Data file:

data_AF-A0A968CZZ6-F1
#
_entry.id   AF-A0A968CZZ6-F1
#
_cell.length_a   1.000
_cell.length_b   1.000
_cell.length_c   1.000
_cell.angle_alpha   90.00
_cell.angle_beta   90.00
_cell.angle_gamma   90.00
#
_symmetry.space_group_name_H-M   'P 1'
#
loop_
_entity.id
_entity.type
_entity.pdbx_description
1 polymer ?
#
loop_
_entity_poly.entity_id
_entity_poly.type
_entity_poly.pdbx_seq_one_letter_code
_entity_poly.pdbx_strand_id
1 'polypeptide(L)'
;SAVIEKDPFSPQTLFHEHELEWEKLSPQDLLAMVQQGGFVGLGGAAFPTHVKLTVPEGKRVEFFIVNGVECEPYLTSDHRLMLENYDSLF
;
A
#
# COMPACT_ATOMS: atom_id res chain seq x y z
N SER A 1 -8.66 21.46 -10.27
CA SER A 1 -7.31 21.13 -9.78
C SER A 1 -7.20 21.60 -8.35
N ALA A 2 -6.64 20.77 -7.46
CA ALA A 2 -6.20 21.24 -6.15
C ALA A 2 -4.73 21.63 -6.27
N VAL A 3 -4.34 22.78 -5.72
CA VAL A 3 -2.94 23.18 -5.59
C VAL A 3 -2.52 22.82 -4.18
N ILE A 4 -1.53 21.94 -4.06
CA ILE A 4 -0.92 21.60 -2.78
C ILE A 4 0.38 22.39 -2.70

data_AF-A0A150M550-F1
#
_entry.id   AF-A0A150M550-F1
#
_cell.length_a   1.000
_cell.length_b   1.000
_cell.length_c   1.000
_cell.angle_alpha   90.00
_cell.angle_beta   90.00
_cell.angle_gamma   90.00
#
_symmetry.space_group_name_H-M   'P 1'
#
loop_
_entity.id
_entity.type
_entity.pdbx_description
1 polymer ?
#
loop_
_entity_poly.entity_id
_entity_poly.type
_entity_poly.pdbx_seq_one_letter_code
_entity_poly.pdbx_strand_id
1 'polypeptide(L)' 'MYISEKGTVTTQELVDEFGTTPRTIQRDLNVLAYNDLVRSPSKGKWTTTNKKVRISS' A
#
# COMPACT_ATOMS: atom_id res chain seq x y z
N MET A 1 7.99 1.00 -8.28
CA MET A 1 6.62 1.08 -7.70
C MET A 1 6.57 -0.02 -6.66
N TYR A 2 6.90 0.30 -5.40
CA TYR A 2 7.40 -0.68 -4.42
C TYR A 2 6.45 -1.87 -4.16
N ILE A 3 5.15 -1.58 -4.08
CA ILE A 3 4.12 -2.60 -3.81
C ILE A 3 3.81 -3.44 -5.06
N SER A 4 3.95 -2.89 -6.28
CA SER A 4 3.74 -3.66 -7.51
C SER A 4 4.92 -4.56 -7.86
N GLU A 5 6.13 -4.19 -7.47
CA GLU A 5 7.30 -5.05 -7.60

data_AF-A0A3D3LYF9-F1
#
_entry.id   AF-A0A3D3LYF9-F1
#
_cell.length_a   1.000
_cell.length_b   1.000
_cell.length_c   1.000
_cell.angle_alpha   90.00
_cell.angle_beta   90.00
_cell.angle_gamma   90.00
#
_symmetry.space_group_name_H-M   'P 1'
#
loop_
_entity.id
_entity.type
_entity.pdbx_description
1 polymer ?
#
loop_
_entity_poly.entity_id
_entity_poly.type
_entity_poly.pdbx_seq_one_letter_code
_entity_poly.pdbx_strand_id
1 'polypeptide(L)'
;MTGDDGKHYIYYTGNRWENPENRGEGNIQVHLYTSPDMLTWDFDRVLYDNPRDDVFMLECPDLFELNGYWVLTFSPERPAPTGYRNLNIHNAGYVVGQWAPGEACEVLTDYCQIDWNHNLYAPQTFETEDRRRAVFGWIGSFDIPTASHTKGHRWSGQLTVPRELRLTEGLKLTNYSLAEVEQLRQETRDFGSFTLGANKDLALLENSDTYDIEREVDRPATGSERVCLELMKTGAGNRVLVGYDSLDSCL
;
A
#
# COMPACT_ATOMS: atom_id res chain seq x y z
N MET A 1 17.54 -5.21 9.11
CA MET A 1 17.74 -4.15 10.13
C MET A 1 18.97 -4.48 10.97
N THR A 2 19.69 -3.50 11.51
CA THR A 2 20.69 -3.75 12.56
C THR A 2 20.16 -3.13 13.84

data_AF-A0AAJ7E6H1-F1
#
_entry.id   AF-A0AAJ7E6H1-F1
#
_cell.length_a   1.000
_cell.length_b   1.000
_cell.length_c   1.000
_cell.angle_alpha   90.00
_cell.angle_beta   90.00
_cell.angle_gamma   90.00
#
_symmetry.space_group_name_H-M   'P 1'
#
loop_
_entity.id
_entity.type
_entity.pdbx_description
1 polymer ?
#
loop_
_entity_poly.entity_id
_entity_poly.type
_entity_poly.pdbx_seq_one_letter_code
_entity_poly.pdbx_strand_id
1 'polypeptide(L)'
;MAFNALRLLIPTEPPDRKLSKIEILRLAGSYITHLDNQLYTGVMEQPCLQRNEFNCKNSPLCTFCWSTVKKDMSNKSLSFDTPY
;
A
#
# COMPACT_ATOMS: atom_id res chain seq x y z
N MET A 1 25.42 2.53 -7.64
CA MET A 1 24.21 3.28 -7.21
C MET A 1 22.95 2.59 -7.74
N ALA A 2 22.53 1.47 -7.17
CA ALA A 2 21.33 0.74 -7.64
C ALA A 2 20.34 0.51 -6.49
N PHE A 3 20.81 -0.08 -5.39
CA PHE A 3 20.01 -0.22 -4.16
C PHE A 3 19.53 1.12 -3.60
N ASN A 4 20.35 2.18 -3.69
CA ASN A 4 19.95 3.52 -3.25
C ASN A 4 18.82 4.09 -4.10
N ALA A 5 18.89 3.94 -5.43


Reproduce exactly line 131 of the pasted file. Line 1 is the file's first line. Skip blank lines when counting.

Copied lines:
_symmetry.space_group_name_H-M   'P 1'